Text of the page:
Thursday, June 27, 2013

Building of the Week: Kensington Palace

Oh, dear.  Yesterday was just one kerfuffle after another.  I'd promised you a "Treat of the Week" on Wednesday, but one of the many kerfuffles was a loss of electricity.  And, so, I will be giving you this week's "Treat of the Week" tomorrow as part of the usual Punch-filled day of fun.  After all, Mr. Punch does love a good treat, and this week's, I'm sure, would suit him nicely.

In the meantime, I thought we'd take a look at Kensington Palace...  

Let's begin.  

Nestled elegantly in Kensington Gardens in the Royal Borough of Kensington and Chelsea in London, England, Kensington Palace has been the home to many members of the Royal family for over three hundred years.

Most recently, the palace has served as the primary residence of the late Diana, Princess of Wales as well as her children, Princes William and Harry, and the late Princess Margaret. Presently, the palace is the comfortably, yet lavish, home of The Duke and Duchess of Gloucester, the Duke and Duchess of Kent and Prince and Princess Michael of Kent. Since for the last century, the palace has been the residence of many a female member of the Royal family, Edward VIII referred to Kensington as “The Aunt Heap.” He was really quite unpleasant, I think.

Nottingham House
Originally, a rather square Seventeenth Century mansion sat on the grounds. Initially called Nottingham House, it was the home of the Earl of Nottingham. The land was sold by Nottingham’s heir to King William III in 1689. At that time, Chelsea was actually still quite undeveloped and King William wanted to live there so as to be away from the smoke and soot in the air in London proper.

Sir Christopher Wren expanded the house considerably, re-orienting it to face West, changing the floor plan, adding ornate staircases and galleries, and altering the gardens to make it a more fitting residence for the King. The house was renamed “Kensington House” and still had not achieved palatial status.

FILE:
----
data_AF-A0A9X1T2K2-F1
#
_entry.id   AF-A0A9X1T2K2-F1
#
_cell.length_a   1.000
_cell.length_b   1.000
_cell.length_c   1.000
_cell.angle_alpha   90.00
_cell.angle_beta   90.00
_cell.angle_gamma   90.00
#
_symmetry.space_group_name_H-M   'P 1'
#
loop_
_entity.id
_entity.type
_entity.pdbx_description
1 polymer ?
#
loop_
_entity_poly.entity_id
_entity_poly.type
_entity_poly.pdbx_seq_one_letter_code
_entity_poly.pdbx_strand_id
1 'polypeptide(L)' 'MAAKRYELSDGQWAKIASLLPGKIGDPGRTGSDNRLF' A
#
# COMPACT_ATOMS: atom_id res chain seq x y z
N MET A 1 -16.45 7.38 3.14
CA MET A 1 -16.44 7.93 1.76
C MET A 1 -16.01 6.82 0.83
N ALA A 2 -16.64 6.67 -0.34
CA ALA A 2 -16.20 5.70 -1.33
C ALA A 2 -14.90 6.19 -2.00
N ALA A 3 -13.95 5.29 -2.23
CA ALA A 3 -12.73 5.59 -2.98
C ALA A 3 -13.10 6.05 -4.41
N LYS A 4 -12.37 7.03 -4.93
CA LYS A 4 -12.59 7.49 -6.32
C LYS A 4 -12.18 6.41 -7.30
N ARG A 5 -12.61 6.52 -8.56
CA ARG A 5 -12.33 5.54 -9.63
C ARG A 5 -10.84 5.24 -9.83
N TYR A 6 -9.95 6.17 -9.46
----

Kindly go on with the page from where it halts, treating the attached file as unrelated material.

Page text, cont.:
The Orangery
For the next seventy years, Kensington House was the favored Royal Residence and remained relatively unchanged until 1704 when Queen Anne added the “Orangery” (essentially a greenhouse or conservatory), had the gardens made more formal and commissioned Wren to create a new grand staircase and ceremonial entrance.

By 1718, King George I had begun to occupy the house which had attained the status of palace. He spent a small fortune in redecorating the Royal apartments and commissioned William Kent to create lavish frescoes and murals for the state rooms.

George I's Interior, 1722
George II was the last reigning monarch to live at the palace. Thereafter it was used as a residence for minor members of the Royal Family. It was the girlhood home of young Queen Victoria and her mother and also the birthplace of Mary of Teck.

In the 1980’s a newly married Prince Charles and Princess Diana made the palace their residence and it remained Diana’s home after divorcing Charles. Today, it still houses members of the Royal Family, but also serves as a museum and opens its state rooms to the public. Kensington Palace is often the location for special exhibitions hosted by the Historic Royal Palaces Charity—such as the current exhibit of Royal wedding gowns.  Last year, the palace was  transformed into "The Enchanted Palace" as part of a special display of Royal artifacts. 

For more information about Kensington Palace, visit the official Web site of the Historic Royal Palaces which features a rather nifty bit of animation. 

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